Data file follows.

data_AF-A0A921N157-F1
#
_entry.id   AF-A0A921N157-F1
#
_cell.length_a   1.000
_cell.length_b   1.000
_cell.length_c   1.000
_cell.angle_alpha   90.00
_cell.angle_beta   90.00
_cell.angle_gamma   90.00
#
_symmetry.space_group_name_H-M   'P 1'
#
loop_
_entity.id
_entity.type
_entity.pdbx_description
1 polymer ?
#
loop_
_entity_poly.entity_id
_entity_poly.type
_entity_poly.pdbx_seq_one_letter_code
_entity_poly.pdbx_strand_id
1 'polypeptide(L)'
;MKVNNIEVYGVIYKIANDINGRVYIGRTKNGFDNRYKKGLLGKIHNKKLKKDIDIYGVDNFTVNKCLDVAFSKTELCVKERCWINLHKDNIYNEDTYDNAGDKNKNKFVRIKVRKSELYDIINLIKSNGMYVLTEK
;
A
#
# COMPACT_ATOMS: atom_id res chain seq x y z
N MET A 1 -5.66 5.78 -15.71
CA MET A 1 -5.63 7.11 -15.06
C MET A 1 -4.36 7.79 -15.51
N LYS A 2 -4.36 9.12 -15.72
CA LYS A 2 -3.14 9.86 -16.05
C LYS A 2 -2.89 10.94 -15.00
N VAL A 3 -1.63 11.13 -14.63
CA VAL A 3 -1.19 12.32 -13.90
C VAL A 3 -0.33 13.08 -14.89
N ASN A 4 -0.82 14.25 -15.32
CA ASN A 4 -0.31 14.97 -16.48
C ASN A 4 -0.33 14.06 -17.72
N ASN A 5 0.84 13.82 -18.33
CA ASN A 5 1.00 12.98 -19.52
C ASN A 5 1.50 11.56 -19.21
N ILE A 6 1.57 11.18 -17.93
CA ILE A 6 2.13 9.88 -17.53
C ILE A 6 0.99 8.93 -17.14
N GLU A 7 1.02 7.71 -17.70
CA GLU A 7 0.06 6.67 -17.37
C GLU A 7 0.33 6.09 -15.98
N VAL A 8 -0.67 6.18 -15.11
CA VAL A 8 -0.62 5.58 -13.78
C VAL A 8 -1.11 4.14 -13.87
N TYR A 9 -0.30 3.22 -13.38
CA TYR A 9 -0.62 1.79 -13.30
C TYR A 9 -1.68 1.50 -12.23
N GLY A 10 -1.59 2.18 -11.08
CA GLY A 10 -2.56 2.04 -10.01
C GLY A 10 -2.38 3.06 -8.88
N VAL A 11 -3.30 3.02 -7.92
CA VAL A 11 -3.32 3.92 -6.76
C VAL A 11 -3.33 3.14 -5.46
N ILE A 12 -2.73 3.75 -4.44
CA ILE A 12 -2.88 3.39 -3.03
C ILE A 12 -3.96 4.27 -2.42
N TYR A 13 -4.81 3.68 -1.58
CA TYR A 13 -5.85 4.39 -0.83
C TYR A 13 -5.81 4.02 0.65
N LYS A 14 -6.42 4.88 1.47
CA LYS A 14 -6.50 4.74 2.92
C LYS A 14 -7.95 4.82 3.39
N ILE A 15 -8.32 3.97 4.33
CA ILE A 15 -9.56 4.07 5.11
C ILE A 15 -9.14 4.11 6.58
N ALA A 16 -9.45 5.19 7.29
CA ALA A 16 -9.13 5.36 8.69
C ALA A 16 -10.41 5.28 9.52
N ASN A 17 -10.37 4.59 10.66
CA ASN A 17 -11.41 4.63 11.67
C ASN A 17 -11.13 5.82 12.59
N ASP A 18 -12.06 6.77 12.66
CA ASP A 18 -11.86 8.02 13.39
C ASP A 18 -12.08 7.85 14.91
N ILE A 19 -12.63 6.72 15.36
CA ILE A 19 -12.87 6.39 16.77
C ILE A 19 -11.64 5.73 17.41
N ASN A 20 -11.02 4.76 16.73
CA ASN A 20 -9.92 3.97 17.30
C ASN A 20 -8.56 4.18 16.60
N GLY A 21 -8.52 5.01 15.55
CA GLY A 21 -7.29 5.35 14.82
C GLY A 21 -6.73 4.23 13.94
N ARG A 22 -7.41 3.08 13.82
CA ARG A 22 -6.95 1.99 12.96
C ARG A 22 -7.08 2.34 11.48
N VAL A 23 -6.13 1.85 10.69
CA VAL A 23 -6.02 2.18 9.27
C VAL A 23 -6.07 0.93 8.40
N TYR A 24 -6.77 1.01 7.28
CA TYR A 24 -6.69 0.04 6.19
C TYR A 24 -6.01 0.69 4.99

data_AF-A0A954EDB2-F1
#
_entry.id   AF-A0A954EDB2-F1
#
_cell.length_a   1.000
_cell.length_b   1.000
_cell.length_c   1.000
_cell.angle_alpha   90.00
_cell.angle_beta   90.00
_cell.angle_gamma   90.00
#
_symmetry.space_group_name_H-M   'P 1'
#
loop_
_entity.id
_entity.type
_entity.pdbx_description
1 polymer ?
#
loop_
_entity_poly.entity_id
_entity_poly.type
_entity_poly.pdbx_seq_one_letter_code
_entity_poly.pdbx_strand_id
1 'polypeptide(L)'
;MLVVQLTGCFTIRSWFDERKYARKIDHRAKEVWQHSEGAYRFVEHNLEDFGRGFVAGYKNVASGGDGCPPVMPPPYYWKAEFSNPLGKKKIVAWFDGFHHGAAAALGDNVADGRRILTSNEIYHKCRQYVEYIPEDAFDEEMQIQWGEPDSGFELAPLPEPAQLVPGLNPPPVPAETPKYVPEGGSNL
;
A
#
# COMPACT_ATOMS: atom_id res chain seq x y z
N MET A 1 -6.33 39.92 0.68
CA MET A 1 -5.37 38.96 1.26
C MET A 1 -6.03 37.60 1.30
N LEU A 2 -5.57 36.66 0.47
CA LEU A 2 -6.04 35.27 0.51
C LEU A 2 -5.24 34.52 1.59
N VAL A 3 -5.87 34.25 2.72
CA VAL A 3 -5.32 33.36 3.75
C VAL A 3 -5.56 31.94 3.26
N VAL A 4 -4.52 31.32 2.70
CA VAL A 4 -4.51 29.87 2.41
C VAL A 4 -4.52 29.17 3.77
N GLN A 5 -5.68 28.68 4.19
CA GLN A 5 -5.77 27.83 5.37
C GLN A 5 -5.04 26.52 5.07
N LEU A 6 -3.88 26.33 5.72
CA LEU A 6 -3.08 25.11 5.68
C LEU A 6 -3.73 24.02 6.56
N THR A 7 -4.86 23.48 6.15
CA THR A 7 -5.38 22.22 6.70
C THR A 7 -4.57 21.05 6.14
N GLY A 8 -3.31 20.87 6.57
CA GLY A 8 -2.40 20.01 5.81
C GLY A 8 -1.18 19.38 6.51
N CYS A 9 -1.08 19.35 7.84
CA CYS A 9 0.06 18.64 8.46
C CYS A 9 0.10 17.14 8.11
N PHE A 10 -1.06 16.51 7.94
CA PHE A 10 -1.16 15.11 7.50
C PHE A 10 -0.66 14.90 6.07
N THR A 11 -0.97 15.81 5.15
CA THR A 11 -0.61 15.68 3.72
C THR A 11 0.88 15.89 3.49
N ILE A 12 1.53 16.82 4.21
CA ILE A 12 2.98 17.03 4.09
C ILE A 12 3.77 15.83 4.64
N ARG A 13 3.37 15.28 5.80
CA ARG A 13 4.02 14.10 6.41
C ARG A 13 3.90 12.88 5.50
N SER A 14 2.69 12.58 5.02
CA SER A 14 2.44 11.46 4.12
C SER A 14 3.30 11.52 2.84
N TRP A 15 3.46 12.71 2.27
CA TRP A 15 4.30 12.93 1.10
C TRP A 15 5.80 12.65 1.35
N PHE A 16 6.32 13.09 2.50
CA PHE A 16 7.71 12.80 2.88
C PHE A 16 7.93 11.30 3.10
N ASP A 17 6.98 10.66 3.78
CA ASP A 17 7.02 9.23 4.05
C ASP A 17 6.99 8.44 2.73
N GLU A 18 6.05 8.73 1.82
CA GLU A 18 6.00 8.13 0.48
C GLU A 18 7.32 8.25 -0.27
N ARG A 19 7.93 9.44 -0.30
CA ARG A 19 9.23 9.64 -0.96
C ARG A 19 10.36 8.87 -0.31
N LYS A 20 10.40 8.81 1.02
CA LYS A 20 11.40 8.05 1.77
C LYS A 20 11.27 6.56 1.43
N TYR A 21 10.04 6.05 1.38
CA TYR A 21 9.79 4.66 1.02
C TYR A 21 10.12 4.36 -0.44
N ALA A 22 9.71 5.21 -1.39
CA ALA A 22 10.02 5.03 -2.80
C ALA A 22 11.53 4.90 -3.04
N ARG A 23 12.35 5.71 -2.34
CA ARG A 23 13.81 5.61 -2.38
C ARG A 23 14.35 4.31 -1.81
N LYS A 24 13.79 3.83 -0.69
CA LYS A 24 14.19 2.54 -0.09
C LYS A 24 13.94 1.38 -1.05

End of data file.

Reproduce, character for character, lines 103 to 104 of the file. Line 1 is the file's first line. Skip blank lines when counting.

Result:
data_AF-A0A954EDB2-F1
#